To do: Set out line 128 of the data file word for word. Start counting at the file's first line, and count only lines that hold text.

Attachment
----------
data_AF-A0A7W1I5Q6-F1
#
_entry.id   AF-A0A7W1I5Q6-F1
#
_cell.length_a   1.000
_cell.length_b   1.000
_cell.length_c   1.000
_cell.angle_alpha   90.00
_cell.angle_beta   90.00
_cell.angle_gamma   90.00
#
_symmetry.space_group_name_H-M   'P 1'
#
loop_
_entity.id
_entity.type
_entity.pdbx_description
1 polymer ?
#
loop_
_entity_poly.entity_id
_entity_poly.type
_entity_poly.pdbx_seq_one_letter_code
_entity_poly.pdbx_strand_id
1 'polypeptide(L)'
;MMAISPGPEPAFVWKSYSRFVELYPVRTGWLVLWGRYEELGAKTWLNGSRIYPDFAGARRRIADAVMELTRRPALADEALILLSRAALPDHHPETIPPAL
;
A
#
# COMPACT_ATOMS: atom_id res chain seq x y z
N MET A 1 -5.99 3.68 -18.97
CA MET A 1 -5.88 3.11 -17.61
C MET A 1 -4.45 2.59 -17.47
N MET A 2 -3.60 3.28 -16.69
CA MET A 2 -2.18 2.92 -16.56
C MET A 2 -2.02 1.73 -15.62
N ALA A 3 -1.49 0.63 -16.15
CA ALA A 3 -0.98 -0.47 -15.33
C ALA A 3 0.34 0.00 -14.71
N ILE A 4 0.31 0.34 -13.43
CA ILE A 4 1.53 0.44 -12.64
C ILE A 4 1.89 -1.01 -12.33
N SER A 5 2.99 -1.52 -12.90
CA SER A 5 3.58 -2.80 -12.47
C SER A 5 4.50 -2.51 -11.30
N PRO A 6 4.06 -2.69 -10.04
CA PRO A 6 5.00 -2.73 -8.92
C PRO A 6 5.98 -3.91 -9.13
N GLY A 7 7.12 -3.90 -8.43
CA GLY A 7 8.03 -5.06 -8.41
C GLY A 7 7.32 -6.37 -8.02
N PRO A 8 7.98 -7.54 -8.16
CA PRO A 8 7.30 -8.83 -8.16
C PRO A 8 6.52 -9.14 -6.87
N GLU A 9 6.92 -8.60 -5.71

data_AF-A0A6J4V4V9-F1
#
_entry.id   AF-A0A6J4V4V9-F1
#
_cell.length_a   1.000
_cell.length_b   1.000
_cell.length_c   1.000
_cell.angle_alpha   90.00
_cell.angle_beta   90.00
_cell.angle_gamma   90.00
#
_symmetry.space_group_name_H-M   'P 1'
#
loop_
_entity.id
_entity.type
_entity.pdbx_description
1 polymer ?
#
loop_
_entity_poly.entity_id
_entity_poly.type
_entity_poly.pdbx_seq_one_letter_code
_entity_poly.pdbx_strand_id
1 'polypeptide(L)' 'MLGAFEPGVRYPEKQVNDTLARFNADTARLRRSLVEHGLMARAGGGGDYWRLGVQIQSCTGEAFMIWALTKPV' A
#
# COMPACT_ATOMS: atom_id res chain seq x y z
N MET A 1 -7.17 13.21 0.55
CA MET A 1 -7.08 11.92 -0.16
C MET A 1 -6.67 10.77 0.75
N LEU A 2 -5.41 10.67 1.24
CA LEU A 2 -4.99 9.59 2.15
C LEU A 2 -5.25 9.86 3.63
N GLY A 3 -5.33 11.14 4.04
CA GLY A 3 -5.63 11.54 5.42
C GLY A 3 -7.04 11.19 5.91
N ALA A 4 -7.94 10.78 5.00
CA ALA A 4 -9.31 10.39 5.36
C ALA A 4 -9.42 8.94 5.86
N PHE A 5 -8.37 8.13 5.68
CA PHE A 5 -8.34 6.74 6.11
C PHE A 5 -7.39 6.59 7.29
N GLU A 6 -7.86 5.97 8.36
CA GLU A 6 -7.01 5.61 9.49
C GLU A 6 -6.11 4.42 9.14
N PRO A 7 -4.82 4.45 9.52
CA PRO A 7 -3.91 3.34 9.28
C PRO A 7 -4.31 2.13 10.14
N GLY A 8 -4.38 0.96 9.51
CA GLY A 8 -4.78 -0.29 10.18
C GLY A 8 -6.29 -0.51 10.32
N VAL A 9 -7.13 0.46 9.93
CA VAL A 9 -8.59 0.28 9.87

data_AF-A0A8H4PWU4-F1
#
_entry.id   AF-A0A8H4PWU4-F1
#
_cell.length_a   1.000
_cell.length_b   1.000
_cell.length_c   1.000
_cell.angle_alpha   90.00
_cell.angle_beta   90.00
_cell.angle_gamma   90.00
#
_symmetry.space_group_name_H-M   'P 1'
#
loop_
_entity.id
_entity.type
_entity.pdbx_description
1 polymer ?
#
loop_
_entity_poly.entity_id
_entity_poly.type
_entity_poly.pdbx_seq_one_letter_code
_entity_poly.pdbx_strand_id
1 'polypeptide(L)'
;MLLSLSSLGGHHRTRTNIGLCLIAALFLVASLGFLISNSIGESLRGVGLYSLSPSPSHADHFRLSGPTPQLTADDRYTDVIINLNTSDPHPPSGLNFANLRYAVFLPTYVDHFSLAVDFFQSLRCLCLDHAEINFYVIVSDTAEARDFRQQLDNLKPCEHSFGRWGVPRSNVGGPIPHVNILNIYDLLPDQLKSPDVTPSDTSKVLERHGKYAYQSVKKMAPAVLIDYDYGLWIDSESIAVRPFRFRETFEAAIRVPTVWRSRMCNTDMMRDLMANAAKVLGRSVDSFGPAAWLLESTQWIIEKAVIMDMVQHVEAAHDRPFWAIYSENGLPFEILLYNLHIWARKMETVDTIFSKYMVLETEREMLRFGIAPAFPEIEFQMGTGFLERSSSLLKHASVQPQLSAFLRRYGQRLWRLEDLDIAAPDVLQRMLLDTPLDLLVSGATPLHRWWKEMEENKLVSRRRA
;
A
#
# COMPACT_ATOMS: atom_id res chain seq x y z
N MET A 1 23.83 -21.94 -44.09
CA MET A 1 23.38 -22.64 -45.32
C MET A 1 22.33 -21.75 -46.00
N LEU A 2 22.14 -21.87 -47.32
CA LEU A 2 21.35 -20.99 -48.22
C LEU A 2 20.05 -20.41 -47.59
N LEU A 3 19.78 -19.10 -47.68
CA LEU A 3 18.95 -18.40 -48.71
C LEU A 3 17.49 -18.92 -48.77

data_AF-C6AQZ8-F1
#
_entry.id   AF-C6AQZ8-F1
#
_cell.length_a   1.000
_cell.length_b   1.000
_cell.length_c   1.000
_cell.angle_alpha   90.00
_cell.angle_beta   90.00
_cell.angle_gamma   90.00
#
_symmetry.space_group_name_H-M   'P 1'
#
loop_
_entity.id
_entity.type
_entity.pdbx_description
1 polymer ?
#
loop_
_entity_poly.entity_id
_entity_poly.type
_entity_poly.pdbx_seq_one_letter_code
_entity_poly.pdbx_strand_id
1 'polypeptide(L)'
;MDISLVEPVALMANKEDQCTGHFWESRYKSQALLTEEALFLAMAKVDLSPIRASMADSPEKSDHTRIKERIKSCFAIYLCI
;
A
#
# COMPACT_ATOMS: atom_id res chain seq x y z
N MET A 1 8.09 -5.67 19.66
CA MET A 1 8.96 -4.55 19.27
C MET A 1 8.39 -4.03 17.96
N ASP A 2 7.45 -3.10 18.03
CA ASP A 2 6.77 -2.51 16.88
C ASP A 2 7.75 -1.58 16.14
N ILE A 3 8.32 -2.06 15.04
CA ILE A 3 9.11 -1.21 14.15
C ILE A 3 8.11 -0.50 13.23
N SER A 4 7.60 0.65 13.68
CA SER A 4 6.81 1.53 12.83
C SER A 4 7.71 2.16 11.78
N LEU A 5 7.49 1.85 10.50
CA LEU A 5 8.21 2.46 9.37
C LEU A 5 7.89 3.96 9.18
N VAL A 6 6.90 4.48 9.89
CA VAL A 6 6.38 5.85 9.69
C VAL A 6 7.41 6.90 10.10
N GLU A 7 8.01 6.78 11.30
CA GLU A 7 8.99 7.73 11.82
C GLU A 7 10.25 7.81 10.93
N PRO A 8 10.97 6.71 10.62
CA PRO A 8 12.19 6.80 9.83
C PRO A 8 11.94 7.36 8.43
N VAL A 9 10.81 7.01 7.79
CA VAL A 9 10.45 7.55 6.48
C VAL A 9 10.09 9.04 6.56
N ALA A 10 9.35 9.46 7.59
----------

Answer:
loop_